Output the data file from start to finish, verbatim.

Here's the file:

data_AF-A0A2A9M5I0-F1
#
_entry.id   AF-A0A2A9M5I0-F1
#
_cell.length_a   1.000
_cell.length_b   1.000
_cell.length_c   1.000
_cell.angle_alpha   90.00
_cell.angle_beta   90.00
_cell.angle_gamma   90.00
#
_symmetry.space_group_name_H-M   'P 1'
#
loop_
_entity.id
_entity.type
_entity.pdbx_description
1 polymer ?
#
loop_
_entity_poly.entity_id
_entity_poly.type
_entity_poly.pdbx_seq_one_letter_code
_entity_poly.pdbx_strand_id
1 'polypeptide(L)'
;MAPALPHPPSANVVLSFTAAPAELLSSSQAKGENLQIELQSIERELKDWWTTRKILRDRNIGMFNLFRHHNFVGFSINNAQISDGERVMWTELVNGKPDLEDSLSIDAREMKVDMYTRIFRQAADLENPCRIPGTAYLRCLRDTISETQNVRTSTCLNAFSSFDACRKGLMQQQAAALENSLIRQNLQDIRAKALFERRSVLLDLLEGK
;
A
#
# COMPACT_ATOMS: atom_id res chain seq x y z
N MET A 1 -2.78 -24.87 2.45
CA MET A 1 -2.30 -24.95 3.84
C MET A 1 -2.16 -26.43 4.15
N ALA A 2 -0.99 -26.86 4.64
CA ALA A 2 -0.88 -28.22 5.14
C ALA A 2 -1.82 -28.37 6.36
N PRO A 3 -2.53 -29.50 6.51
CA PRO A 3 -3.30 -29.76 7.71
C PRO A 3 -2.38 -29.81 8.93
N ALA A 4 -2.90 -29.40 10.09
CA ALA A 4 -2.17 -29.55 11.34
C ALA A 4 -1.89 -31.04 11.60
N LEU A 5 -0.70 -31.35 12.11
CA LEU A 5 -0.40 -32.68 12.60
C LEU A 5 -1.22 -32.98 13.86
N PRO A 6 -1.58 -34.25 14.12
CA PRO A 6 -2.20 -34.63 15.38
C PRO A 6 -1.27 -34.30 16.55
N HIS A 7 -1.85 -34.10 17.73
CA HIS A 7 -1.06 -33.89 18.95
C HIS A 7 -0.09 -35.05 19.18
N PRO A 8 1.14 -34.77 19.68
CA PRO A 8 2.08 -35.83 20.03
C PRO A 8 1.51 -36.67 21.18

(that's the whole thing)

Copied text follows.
data_AF-A0A2A9M5I0-F1
#
_entry.id   AF-A0A2A9M5I0-F1
#
_cell.length_a   1.000
_cell.length_b   1.000
_cell.length_c   1.000
_cell.angle_alpha   90.00
_cell.angle_beta   90.00
_cell.angle_gamma   90.00
#
_symmetry.space_group_name_H-M   'P 1'
#
loop_
_entity.id
_entity.type
_entity.pdbx_description
1 polymer ?
#
loop_
_entity_poly.entity_id
_entity_poly.type
_entity_poly.pdbx_seq_one_letter_code
_entity_poly.pdbx_strand_id
1 'polypeptide(L)'
;MAPALPHPPSANVVLSFTAAPAELLSSSQAKGENLQIELQSIERELKDWWTTRKILRDRNIGMFNLFRHHNFVGFSINNAQISDGERVMWTELVNGKPDLEDSLSIDAREMKVDMYTRIFRQAADLENPCRIPGTAYLRCLRDTISETQNVRTSTCLNAFSSFDACRKGLMQQQAAALENSLIRQNLQDIRAKALFERRSVLLDLLEGK
;
A
#
# COMPACT_ATOMS: atom_id res chain seq x y z
N MET A 1 -2.78 -24.87 2.45
CA MET A 1 -2.30 -24.95 3.84
C MET A 1 -2.16 -26.43 4.15
N ALA A 2 -0.99 -26.86 4.64
CA ALA A 2 -0.88 -28.22 5.14
C ALA A 2 -1.82 -28.37 6.36
N PRO A 3 -2.53 -29.50 6.51
CA PRO A 3 -3.30 -29.76 7.71
C PRO A 3 -2.38 -29.81 8.93
N ALA A 4 -2.90 -29.40 10.09
CA ALA A 4 -2.17 -29.55 11.34
C ALA A 4 -1.89 -31.04 11.60
N LEU A 5 -0.70 -31.35 12.11
CA LEU A 5 -0.40 -32.68 12.60
C LEU A 5 -1.22 -32.98 13.86
N PRO A 6 -1.58 -34.25 14.12
CA PRO A 6 -2.20 -34.63 15.38
C PRO A 6 -1.27 -34.30 16.55
N HIS A 7 -1.85 -34.10 17.73
CA HIS A 7 -1.06 -33.89 18.95
C HIS A 7 -0.09 -35.05 19.18
N PRO A 8 1.14 -34.77 19.68
CA PRO A 8 2.08 -35.83 20.03
C PRO A 8 1.51 -36.67 21.18